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Banks pay price for retailers’ data breaches

While news about who perpetrated the data breaches at Target and other retailers continues to trickle in, there is little question about who is paying much of the price for the attack. To protect the tens of millions of consumers whose personal financial information was compromised by the massive assault on retailers, banks and other financial institutions large and small are taking action.

For many financial firms, this is an issue of necessity. Banks are in the business of safeguarding their customers’ accounts. For banks small and large alike, their very survival depends on their customers’ economic well-being. These institutions and the services they provide represent a vital line of defense for Americans whose data may be compromised.

{mosads}As a result, the impact of the security breaches at Target, Neiman Marcus and Michaels is very real for the banks charged with protecting their customers. The intrusion is touching every street of the nation, and banks of all sizes must monitor their customers’ accounts for fraudulent activity and reissue debit and credit cards that are at risk. With the costs of plastic, embossing and encoding, PIN generation, mailers and postage, card activation, new account setup, expanded call center operations and processor fees, the cost to a bank of reissuing cards can reach up to $15 per card.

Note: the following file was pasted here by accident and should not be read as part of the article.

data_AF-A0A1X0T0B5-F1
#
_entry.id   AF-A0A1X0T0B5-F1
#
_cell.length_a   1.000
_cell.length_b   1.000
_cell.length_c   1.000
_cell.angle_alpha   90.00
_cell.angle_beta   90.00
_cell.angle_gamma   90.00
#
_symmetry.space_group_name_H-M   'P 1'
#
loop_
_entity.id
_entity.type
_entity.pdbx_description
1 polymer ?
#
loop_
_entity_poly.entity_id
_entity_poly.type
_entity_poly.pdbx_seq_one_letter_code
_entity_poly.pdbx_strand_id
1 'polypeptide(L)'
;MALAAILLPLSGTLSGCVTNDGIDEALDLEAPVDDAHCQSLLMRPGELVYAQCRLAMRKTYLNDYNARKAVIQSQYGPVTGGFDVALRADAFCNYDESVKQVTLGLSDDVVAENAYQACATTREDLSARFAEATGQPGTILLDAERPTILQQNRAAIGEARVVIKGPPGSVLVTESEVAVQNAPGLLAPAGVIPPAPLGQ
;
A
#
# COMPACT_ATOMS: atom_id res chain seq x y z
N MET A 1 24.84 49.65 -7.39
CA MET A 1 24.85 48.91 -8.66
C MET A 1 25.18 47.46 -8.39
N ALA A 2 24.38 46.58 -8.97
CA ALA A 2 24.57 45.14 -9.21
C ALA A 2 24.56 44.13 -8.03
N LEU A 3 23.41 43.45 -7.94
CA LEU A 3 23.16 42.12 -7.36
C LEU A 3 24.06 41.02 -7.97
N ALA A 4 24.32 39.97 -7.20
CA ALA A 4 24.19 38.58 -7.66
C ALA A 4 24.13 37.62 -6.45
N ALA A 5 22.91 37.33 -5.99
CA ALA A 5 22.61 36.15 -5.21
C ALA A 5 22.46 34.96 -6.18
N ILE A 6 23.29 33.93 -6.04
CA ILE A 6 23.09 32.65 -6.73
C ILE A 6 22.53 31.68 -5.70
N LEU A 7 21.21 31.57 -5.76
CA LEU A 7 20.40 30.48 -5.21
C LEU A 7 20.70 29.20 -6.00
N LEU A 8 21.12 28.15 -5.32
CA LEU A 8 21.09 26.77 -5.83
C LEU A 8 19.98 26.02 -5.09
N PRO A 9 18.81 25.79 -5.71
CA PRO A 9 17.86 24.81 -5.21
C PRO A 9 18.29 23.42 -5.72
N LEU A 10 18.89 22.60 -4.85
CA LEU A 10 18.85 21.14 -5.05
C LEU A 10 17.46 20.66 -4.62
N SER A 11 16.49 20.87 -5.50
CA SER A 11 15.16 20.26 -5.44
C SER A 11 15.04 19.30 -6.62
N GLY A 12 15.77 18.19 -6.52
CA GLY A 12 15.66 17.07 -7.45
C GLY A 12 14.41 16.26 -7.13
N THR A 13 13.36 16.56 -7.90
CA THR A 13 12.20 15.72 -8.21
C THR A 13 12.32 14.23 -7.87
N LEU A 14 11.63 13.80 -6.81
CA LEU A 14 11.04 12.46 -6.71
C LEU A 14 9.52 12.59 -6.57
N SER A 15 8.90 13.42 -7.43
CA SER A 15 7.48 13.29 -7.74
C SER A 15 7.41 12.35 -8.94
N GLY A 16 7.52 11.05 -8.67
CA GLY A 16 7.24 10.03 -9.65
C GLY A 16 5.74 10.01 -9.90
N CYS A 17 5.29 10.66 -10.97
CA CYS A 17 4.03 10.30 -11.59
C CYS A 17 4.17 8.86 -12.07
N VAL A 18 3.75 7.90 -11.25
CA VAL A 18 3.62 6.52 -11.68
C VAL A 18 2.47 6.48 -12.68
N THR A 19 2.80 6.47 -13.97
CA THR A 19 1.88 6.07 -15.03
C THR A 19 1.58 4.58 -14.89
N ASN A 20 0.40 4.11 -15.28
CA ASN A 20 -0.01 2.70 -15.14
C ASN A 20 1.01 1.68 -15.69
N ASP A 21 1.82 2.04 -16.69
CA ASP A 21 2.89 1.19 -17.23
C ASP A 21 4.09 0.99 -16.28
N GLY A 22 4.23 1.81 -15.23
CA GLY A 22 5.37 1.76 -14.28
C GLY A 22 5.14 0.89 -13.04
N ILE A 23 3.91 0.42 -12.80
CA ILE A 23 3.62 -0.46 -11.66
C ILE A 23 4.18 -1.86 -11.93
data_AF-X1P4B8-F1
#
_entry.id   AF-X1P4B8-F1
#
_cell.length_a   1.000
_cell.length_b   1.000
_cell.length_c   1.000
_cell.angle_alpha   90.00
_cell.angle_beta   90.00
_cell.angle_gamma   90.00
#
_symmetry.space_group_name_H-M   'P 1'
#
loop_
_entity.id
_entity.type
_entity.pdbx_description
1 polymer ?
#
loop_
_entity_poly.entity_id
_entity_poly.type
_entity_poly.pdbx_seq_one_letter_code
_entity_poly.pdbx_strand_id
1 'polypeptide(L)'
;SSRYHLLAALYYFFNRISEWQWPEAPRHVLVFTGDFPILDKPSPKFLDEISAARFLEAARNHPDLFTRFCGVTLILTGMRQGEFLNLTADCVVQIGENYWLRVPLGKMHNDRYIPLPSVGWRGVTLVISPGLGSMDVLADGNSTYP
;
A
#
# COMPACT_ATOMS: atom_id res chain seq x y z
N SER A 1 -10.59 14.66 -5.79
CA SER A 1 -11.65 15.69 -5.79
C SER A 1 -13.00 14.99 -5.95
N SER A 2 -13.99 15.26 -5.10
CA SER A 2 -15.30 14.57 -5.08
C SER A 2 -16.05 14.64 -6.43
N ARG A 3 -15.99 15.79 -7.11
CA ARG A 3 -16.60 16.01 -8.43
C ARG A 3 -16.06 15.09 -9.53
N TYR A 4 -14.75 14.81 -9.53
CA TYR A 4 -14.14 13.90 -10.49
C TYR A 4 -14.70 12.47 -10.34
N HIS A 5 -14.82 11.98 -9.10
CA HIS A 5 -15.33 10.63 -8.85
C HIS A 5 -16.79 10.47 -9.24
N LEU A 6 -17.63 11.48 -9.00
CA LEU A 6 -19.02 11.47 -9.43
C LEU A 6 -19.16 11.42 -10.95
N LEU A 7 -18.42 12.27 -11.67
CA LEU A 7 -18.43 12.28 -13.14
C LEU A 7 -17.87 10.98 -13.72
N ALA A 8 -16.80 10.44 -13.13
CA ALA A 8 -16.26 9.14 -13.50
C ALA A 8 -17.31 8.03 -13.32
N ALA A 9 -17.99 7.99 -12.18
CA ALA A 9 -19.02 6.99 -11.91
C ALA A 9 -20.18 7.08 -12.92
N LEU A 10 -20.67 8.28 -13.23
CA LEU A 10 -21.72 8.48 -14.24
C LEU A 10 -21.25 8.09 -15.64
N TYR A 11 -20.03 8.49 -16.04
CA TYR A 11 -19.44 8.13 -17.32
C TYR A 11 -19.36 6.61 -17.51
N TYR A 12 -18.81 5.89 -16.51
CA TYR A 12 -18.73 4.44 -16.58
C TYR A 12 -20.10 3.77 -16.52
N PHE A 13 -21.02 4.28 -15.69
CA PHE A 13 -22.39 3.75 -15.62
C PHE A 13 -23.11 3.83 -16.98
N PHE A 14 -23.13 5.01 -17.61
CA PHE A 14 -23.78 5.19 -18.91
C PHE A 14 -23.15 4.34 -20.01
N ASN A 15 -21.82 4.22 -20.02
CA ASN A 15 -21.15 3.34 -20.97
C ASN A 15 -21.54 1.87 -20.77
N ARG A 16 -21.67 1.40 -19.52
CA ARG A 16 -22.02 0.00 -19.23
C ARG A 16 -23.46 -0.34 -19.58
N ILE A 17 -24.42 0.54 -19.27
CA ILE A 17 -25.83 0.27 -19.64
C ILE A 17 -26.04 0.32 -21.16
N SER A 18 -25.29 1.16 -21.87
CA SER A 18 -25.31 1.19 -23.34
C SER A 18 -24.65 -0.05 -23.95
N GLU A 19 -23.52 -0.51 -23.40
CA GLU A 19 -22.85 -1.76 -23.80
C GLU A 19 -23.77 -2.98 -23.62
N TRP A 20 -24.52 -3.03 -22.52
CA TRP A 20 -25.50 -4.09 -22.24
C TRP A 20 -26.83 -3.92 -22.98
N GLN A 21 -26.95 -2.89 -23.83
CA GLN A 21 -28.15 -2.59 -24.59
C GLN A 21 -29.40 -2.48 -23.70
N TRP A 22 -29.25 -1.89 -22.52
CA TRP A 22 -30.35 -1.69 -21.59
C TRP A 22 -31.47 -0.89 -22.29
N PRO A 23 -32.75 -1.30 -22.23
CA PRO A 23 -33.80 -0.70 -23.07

That adds up quickly for banks, regardless of their size. Already the nation’s banks have proactively reissued 15.3 million cards, according to a Consumer Bankers Association survey.

Clearly, banks of all sizes are paying more than their share to mitigate the damage of the colossal fraud perpetrated against large retailers and are working to ensure the soundness of customer accounts.  That is why we are particularly offended by the retailers’ recent attempts to deflect blame for the attack toward the financial sector. The fact remains that retailers and their processors are responsible for the systems in their stores that process payment cards.

That is why banks believe that parties suffering a data breach should bear responsibility for fraud losses and restitution to affected parties. Whether it is a retailer, data broker, financial institution or other entity, the party that suffers a data breach should be responsible for fraud losses and the costs of mitigation and restitution when consumer information is compromised.

Card security controls such as chip-based technology alone, which retailers say they support, would not have prevented the breach of up to 70 million U.S. consumers’ personal information, according to Target’s estimate. This is precisely why banks and retailers need to work together on solutions for better protection of consumers and not pass along the responsibility of a breach when it occurs. 

That’s also why the banking industry supports a single national standard to replace the patchwork of state laws on data breaches, which has fostered marketplace confusion to the detriment of consumers.

By stepping up, and working to mitigate risks to the sensitive personal information of American consumers, together we—banks and retailers—can help prevent retailer data breaches like the one we are now experiencing from ever happening again.

Fine is president and CEO of the Independent Community Bankers of America, and Hunt is president and CEO of the Consumer Bankers Association.


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